Crossing an ocean under sail today is not an especially risky undertaking. Accurate offshore navigation—for so long an impossible dream—has now been reduced to the press of a button, and most modern yachts are strong enough to survive all but the most extreme weather. Even if errors, accidents, or hurricanes should put a boat in danger, radio communications give the crew a good chance of being rescued. Few sailors now lose their lives on the open ocean: crowded inshore waters where the risk of collision is high are far more hazardous. But it was not always so. Whеп a young man called Alvaro de Mendana set sail from Peru in November 1567 to cross the Pacific with two small ships, accompanied by 150 sailors and soldiers and four Franciscan friars, he faced difficulties so great that his chances of survival, let alone achieving his objectives, were slim. Mendana's orders from his uncle, the Spanish viceroy, were to convert any "infidels" he encountered to Christianity, but the expedition was certainly not motivated entirely by religious zeal. According to Inca legend, great riches lay on islands somewhere to the west. Were these islands perhaps outliers of the great southern continent that was believed to lie hidden somewhere in the unexplored South Seas? Mendana, who was twenty-five, hoped to find the answer, to set up a new Spanish colony, to make his fortune and win glory. However, any optimism he may have felt as the coast of Peru dipped below the horizon would have been misplaced. Although Magellan had managed to cross the Pacific from east to west in 1520-21, he had been killed in fighting with local people after reaching the Philippines, and only four out of the forty-four men who sailed with him aboard his small flagship had returned safely to Spain. This first epic circumnavigation was counted as a brilliant success, but other expeditions ended in oblivion.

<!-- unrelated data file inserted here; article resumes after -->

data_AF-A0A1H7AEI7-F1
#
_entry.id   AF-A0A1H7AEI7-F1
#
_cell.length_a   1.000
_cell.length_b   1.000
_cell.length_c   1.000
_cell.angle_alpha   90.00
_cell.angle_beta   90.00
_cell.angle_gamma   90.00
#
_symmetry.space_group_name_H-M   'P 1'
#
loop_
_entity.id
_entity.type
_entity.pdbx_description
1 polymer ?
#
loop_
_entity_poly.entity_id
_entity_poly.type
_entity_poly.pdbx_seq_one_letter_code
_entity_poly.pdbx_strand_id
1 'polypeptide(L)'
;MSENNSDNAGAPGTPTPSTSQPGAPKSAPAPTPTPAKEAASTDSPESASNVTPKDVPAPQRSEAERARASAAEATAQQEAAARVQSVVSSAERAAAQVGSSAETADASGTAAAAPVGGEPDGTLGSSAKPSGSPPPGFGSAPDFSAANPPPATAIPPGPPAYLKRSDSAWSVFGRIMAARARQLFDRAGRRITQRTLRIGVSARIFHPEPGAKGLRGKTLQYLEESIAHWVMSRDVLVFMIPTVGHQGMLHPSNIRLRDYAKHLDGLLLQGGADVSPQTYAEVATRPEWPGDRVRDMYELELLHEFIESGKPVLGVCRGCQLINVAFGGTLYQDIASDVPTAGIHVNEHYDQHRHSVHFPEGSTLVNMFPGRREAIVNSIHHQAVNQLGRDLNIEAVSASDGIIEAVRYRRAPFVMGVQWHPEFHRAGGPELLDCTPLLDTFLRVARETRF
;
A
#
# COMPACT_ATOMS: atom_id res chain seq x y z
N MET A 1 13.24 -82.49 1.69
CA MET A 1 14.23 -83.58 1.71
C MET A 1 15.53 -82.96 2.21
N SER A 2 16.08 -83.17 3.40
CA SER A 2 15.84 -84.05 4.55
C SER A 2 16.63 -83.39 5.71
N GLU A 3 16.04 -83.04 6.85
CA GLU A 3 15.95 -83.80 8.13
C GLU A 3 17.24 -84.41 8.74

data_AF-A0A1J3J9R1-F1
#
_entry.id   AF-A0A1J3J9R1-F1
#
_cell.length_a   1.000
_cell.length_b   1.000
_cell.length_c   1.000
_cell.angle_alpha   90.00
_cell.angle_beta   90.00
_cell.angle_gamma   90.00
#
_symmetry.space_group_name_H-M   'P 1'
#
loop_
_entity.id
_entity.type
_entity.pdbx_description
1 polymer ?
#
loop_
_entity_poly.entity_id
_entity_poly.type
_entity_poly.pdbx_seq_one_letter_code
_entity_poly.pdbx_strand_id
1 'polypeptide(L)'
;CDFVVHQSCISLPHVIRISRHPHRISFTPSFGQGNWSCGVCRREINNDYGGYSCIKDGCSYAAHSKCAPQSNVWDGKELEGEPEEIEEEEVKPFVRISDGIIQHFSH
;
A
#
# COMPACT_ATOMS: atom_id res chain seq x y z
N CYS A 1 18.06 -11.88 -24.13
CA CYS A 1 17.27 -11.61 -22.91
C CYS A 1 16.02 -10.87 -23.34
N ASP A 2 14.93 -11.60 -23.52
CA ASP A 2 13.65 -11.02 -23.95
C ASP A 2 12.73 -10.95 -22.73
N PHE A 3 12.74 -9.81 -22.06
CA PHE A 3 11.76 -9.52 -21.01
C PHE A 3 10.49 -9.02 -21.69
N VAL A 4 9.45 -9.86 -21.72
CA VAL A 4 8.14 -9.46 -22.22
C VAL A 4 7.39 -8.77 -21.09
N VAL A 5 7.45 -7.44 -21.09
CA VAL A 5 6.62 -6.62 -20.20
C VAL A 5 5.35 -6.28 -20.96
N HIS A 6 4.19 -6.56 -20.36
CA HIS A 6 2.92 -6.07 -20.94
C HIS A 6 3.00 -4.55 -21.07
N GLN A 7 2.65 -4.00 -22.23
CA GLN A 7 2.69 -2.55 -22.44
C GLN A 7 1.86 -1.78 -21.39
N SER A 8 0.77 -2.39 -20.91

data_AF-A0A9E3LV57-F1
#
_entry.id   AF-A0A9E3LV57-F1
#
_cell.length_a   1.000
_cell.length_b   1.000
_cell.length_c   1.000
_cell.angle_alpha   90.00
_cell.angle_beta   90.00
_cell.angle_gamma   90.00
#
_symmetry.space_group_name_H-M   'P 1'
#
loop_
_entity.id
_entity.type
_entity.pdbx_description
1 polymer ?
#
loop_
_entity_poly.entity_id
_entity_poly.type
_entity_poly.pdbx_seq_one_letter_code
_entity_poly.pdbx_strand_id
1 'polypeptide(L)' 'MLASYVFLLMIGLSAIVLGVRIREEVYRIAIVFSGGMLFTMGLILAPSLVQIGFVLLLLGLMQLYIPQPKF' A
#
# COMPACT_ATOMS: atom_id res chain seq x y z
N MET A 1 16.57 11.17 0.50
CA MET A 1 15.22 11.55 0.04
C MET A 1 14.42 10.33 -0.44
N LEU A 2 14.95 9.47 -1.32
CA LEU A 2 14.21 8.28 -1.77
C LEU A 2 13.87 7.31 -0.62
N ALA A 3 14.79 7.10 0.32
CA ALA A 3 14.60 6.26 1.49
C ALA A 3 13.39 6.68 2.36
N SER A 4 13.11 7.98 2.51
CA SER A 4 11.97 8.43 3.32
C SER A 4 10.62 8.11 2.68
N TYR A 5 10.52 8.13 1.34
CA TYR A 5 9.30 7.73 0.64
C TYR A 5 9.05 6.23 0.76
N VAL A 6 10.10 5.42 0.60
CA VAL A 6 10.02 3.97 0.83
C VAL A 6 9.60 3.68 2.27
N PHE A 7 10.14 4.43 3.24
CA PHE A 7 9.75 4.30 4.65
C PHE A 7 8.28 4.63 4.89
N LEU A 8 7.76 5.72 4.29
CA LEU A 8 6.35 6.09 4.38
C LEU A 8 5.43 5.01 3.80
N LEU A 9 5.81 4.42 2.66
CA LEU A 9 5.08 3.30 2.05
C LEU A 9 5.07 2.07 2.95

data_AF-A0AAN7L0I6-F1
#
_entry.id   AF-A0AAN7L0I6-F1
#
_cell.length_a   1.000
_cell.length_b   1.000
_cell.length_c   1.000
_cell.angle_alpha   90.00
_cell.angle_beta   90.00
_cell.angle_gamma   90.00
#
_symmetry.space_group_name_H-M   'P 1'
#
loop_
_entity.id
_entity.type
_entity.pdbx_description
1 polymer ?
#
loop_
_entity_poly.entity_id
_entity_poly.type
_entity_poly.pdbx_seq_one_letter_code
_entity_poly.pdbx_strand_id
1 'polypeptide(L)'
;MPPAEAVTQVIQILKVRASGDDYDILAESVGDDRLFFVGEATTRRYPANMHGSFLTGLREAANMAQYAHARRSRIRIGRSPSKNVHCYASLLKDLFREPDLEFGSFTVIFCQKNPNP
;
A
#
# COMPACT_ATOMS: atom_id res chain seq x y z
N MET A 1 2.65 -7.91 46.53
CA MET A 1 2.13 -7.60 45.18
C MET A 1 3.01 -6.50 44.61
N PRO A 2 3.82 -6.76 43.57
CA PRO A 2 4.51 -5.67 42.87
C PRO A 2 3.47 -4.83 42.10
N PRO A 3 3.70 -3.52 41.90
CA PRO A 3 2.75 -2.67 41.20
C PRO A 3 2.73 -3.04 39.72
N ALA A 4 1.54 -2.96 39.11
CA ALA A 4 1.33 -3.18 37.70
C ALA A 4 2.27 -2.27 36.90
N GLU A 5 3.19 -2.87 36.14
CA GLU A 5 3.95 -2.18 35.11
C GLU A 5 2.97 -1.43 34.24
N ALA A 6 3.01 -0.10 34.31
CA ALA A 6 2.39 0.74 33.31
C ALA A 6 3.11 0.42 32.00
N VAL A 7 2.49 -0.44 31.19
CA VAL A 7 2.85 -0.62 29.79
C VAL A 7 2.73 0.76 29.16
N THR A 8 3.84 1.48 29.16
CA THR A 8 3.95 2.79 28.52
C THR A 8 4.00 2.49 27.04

Category: POPULAR | Views: 97 |

Eleonora Maersk Vessel Tour

   This video has been dedicated to the one of the most amazing containerships in the world. Eleonora Maersk was delivered in 2007 in Odense Lindoe ship yard in Denmark. She is capable of taking more than 15000 TEU on board, having the enormous overall length of almost 398 meters, molded breadth of nearly 57 meters, and maximum draught exceeding 16 meters. The vessel tour starts from the main deck, then you will virtually enter all the spaces including accommodation, cargo holds, navigation bridge etc. Very interesting video on the very interesting ship.

Category: POPULAR | Views: 126 |

Boiler Operator's Handbook